Students load rolling bins with luggage

Credit: Will Kirk / Johns Hopkins University


New Jays flock to Hopkins

Johns Hopkins University welcomes the Class of 2022 as new students arrive at the Homewood campus

"We've got Michael in the house!" bellowed a first-year mentor across the walkway near the Freshman Quad. A chorus of cheers and screams erupted from the group of sophomores assembled nearby.

"Woo, Michael! Welcome!"

They rattled cowbells and clapped, making as much noise as possible. Michael, riding shotgun in his mother's SUV, shrunk away from the open car window and smiled sheepishly. When he pictured himself arriving as a new student at Johns Hopkins University, he almost certainly didn't envision a welcome committee quite like this.

If there's one word that best describes the atmosphere during first-year student move-in at the university's Homewood campus, it's enthusiastic. Even those who departed before sunrise to drive to JHU from places such as Virginia, New Jersey, and New York were in high spirits as they moved into their new residence halls.

Lexi Edwards, a first-year student from Long Island, New York, got an especially early start—she, her parents, and her younger sister loaded up the family minivan and hit the road at 4 a.m.

"At one point we weren't sure everything would fit," Edwards said. "But luckily it did, and it was good that we had everything packed in boxes ahead of time."

New Hopkins undergraduate students began moving in at 8 a.m. Friday morning, and more members of the Class of 2022 will arrive on Saturday. Many new Blue Jays brought with them special—and unique—reminders of home.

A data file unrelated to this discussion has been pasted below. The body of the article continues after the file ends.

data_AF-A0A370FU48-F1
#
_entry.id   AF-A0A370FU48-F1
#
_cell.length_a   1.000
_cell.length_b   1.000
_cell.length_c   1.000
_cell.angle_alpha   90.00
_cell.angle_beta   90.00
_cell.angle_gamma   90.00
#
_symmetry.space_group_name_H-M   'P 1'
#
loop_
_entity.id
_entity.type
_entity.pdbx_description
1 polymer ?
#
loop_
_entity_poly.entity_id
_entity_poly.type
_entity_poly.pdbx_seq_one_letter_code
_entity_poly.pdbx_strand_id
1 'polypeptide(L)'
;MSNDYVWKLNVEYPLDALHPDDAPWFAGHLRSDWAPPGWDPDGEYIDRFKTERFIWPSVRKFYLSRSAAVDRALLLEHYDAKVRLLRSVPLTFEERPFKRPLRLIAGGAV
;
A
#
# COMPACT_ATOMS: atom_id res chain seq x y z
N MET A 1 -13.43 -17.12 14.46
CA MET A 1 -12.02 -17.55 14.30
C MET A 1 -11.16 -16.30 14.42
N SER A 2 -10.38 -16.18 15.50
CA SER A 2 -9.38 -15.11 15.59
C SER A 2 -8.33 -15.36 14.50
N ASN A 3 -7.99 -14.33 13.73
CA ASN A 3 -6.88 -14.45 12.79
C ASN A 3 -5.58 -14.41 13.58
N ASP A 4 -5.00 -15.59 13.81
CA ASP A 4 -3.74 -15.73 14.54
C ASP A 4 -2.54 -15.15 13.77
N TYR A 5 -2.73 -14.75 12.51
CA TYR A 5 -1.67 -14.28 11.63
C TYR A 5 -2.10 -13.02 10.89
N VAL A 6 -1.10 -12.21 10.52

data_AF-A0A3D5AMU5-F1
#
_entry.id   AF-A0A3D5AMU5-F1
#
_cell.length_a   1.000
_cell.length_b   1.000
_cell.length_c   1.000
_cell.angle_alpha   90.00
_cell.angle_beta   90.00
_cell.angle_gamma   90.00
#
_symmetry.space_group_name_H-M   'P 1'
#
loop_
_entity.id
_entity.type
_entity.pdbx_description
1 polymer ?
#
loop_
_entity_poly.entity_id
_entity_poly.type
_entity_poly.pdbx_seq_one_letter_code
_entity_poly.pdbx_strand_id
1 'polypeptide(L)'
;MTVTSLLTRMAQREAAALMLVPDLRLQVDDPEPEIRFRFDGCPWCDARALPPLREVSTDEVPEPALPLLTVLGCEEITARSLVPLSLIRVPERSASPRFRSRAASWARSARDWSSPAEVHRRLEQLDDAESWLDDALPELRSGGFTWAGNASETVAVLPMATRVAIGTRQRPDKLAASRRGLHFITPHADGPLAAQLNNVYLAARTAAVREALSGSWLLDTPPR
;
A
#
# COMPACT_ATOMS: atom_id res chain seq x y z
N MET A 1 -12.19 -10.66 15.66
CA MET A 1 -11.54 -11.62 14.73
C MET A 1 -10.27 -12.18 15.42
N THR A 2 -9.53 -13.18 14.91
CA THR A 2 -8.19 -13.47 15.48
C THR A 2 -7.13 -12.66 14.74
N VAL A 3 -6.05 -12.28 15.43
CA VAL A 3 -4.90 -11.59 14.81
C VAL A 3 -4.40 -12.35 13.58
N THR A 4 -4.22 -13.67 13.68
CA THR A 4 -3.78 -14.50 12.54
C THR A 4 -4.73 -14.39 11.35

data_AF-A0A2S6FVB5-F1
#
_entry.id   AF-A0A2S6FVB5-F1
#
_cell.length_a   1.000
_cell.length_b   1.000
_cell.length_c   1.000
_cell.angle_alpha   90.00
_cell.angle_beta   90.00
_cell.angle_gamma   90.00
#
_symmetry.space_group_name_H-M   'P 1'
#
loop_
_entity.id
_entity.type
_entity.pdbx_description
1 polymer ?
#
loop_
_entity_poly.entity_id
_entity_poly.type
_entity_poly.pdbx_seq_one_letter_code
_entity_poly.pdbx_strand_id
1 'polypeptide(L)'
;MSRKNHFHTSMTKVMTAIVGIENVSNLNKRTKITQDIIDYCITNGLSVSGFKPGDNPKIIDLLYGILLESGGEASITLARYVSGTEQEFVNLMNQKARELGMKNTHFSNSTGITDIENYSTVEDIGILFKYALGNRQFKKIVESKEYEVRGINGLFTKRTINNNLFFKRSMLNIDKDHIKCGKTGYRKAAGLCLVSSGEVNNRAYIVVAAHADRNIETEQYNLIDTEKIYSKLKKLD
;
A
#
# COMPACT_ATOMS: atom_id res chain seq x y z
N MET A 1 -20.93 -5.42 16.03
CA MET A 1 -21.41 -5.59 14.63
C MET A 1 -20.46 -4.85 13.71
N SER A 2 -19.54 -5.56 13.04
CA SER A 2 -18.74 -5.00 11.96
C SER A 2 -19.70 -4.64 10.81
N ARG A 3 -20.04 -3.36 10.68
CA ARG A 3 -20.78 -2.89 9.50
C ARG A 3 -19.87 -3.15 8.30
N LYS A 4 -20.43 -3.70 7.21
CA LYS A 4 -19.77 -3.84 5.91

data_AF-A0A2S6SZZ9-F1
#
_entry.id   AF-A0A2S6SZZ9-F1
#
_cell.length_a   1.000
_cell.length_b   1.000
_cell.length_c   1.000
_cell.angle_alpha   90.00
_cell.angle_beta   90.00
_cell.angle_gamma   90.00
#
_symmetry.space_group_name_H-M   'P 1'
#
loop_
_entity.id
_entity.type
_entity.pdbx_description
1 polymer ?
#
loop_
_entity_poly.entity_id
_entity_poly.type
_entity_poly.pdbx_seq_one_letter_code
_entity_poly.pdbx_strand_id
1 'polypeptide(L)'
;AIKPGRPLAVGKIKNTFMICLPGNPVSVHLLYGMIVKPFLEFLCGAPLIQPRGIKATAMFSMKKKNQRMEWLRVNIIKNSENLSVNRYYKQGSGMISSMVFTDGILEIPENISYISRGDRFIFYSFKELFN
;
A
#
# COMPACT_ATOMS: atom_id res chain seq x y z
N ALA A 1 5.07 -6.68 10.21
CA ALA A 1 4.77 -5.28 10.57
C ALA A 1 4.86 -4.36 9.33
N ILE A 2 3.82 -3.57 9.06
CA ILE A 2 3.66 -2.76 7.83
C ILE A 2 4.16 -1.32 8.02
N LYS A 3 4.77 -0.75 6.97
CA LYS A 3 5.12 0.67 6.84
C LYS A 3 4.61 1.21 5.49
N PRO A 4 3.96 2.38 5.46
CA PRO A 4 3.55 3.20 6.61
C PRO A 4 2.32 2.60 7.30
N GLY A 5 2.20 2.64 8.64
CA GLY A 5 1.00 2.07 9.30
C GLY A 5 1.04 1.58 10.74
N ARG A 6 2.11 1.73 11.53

"I brought some Judaic books that are important to me," said Raphi Chernoff, who is from Chicago. "I enjoy them."

Pranavi Pallinti from Sterling, Virginia, brought a favorite stuffed animal from childhood, as well as memories from a summer trip to southern India with her parents.

"We wanted Pranavi to meet her grandparents and the rest of her family, because we don't know how busy the next few summers will be for her, with all the summer opportunities for research and internships Hopkins has," her mother said.

Others brought prized possessions.

"I brought, like, 10 pairs of sneakers," said Michael Liu, from Erie, Pennsylvania. "I'm one of those people who keeps my shoes pristine. My favorites are the ones I'm wearing, my Yeezys.

"I'm looking forward to meeting new people and being around people who have a hardworking mindset," Liu added. "I want to be around driven people."

Morgan Wheeler, from Oak Park, Illinois, said she's excited to meet other women majoring in STEM fields like she is.

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"At my high school, we had a Girls in STEM group chat and we were a close group of friends and there was a lot of support, so I'm hoping that will continue here at Hopkins, too," she said.

Madison White, who flew into Baltimore from Reno, Nevada, said her childhood growing up in Guatemala helped her shape her goals and influenced her decision to attend Hopkins.

"Living in a third-world country and seeing the issues that come with that got me interested in International Studies and is part of why I want to research poverty issues and human rights," she said. "But mostly right now I'm looking forward to making new friends and being on my own for the first time."